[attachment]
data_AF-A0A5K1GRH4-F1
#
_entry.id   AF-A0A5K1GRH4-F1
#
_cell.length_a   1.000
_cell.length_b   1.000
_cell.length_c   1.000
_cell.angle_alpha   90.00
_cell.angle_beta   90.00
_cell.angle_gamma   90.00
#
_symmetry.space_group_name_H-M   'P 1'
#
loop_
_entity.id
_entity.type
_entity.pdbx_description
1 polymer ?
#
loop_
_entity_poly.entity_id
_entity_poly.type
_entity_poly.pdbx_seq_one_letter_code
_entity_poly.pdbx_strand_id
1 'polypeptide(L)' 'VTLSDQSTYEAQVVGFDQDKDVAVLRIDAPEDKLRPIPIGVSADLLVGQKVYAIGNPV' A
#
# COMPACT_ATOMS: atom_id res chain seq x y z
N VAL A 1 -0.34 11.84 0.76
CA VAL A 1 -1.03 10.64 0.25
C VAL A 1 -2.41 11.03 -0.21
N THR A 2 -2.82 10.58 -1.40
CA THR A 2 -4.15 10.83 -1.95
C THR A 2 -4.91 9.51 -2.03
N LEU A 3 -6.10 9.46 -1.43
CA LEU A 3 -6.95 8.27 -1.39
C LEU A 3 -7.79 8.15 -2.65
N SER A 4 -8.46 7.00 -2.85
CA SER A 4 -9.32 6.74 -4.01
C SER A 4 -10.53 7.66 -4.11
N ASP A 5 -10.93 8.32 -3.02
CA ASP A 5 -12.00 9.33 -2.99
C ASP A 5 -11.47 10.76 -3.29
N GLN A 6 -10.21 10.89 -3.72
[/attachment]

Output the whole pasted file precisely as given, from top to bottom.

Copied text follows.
data_AF-A0A5K1GRH4-F1
#
_entry.id   AF-A0A5K1GRH4-F1
#
_cell.length_a   1.000
_cell.length_b   1.000
_cell.length_c   1.000
_cell.angle_alpha   90.00
_cell.angle_beta   90.00
_cell.angle_gamma   90.00
#
_symmetry.space_group_name_H-M   'P 1'
#
loop_
_entity.id
_entity.type
_entity.pdbx_description
1 polymer ?
#
loop_
_entity_poly.entity_id
_entity_poly.type
_entity_poly.pdbx_seq_one_letter_code
_entity_poly.pdbx_strand_id
1 'polypeptide(L)' 'VTLSDQSTYEAQVVGFDQDKDVAVLRIDAPEDKLRPIPIGVSADLLVGQKVYAIGNPV' A
#
# COMPACT_ATOMS: atom_id res chain seq x y z
N VAL A 1 -0.34 11.84 0.76
CA VAL A 1 -1.03 10.64 0.25
C VAL A 1 -2.41 11.03 -0.21
N THR A 2 -2.82 10.58 -1.40
CA THR A 2 -4.15 10.83 -1.95
C THR A 2 -4.91 9.51 -2.03
N LEU A 3 -6.10 9.46 -1.43
CA LEU A 3 -6.95 8.27 -1.39
C LEU A 3 -7.79 8.15 -2.65
N SER A 4 -8.46 7.00 -2.85
CA SER A 4 -9.32 6.74 -4.01
C SER A 4 -10.53 7.66 -4.11
N ASP A 5 -10.93 8.32 -3.02
CA ASP A 5 -12.00 9.33 -2.99
C ASP A 5 -11.47 10.76 -3.29
N GLN A 6 -10.21 10.89 -3.72